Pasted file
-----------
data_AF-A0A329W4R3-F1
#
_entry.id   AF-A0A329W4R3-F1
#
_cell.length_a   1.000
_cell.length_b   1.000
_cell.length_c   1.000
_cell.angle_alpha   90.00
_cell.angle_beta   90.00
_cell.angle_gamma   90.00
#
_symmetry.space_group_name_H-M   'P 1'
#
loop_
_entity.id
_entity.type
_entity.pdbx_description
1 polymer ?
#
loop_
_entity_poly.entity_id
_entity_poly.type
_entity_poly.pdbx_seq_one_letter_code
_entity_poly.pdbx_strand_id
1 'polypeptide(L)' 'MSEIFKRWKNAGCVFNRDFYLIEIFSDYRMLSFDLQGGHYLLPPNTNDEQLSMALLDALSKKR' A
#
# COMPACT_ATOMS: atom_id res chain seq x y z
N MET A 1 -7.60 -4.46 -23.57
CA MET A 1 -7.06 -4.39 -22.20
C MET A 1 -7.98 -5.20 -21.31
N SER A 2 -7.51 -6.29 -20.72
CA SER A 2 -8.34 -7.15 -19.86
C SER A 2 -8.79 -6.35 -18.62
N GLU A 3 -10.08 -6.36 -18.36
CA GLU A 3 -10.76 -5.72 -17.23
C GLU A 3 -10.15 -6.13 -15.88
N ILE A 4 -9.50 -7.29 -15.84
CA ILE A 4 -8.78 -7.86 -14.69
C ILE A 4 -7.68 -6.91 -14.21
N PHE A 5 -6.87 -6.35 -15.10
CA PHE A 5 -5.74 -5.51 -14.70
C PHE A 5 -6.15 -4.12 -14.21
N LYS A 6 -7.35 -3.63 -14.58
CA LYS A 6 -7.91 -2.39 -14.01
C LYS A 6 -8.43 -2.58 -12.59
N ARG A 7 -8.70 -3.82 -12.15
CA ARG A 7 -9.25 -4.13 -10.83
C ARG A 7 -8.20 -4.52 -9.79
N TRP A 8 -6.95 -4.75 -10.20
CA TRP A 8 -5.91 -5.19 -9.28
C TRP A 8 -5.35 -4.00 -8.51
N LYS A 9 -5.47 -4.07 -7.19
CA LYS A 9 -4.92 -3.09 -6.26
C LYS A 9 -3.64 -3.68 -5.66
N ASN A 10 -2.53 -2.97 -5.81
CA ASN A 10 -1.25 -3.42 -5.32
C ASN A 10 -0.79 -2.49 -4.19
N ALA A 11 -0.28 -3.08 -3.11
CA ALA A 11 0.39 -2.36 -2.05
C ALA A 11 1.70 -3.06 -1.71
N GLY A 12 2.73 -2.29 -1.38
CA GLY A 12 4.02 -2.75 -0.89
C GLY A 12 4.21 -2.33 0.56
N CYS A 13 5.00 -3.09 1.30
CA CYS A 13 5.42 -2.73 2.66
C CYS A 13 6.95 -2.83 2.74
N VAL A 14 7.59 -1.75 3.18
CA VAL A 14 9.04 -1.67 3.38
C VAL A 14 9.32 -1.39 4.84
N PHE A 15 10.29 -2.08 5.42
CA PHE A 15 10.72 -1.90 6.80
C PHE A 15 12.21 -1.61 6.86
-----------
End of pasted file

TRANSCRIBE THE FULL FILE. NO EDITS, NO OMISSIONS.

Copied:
data_AF-A0A329W4R3-F1
#
_entry.id   AF-A0A329W4R3-F1
#
_cell.length_a   1.000
_cell.length_b   1.000
_cell.length_c   1.000
_cell.angle_alpha   90.00
_cell.angle_beta   90.00
_cell.angle_gamma   90.00
#
_symmetry.space_group_name_H-M   'P 1'
#
loop_
_entity.id
_entity.type
_entity.pdbx_description
1 polymer ?
#
loop_
_entity_poly.entity_id
_entity_poly.type
_entity_poly.pdbx_seq_one_letter_code
_entity_poly.pdbx_strand_id
1 'polypeptide(L)' 'MSEIFKRWKNAGCVFNRDFYLIEIFSDYRMLSFDLQGGHYLLPPNTNDEQLSMALLDALSKKR' A
#
# COMPACT_ATOMS: atom_id res chain seq x y z
N MET A 1 -7.60 -4.46 -23.57
CA MET A 1 -7.06 -4.39 -22.20
C MET A 1 -7.98 -5.20 -21.31
N SER A 2 -7.51 -6.29 -20.72
CA SER A 2 -8.34 -7.15 -19.86
C SER A 2 -8.79 -6.35 -18.62
N GLU A 3 -10.08 -6.36 -18.36
CA GLU A 3 -10.76 -5.72 -17.23
C GLU A 3 -10.15 -6.13 -15.88
N ILE A 4 -9.50 -7.29 -15.84
CA ILE A 4 -8.78 -7.86 -14.69
C ILE A 4 -7.68 -6.91 -14.21
N PHE A 5 -6.87 -6.35 -15.10
CA PHE A 5 -5.74 -5.51 -14.70
C PHE A 5 -6.15 -4.12 -14.21
N LYS A 6 -7.35 -3.63 -14.58
CA LYS A 6 -7.91 -2.39 -14.01
C LYS A 6 -8.43 -2.58 -12.59
N ARG A 7 -8.70 -3.82 -12.15
CA ARG A 7 -9.25 -4.13 -10.83
C ARG A 7 -8.20 -4.52 -9.79
N TRP A 8 -6.95 -4.75 -10.20
CA TRP A 8 -5.91 -5.19 -9.28
C TRP A 8 -5.35 -4.00 -8.51
N LYS A 9 -5.47 -4.07 -7.19
CA LYS A 9 -4.92 -3.09 -6.26
C LYS A 9 -3.64 -3.68 -5.66
N ASN A 10 -2.53 -2.97 -5.81
CA ASN A 10 -1.25 -3.42 -5.32
C ASN A 10 -0.79 -2.49 -4.19
N ALA A 11 -0.28 -3.08 -3.11
CA ALA A 11 0.39 -2.36 -2.05
C ALA A 11 1.70 -3.06 -1.71
N GLY A 12 2.73 -2.29 -1.38
CA GLY A 12 4.02 -2.75 -0.89
C GLY A 12 4.21 -2.33 0.56
N CYS A 13 5.00 -3.09 1.30
CA CYS A 13 5.42 -2.73 2.66
C CYS A 13 6.95 -2.83 2.74
N VAL A 14 7.59 -1.75 3.18
CA VAL A 14 9.04 -1.67 3.38
C VAL A 14 9.32 -1.39 4.84
N PHE A 15 10.29 -2.08 5.42
CA PHE A 15 10.72 -1.90 6.80
C PHE A 15 12.21 -1.61 6.86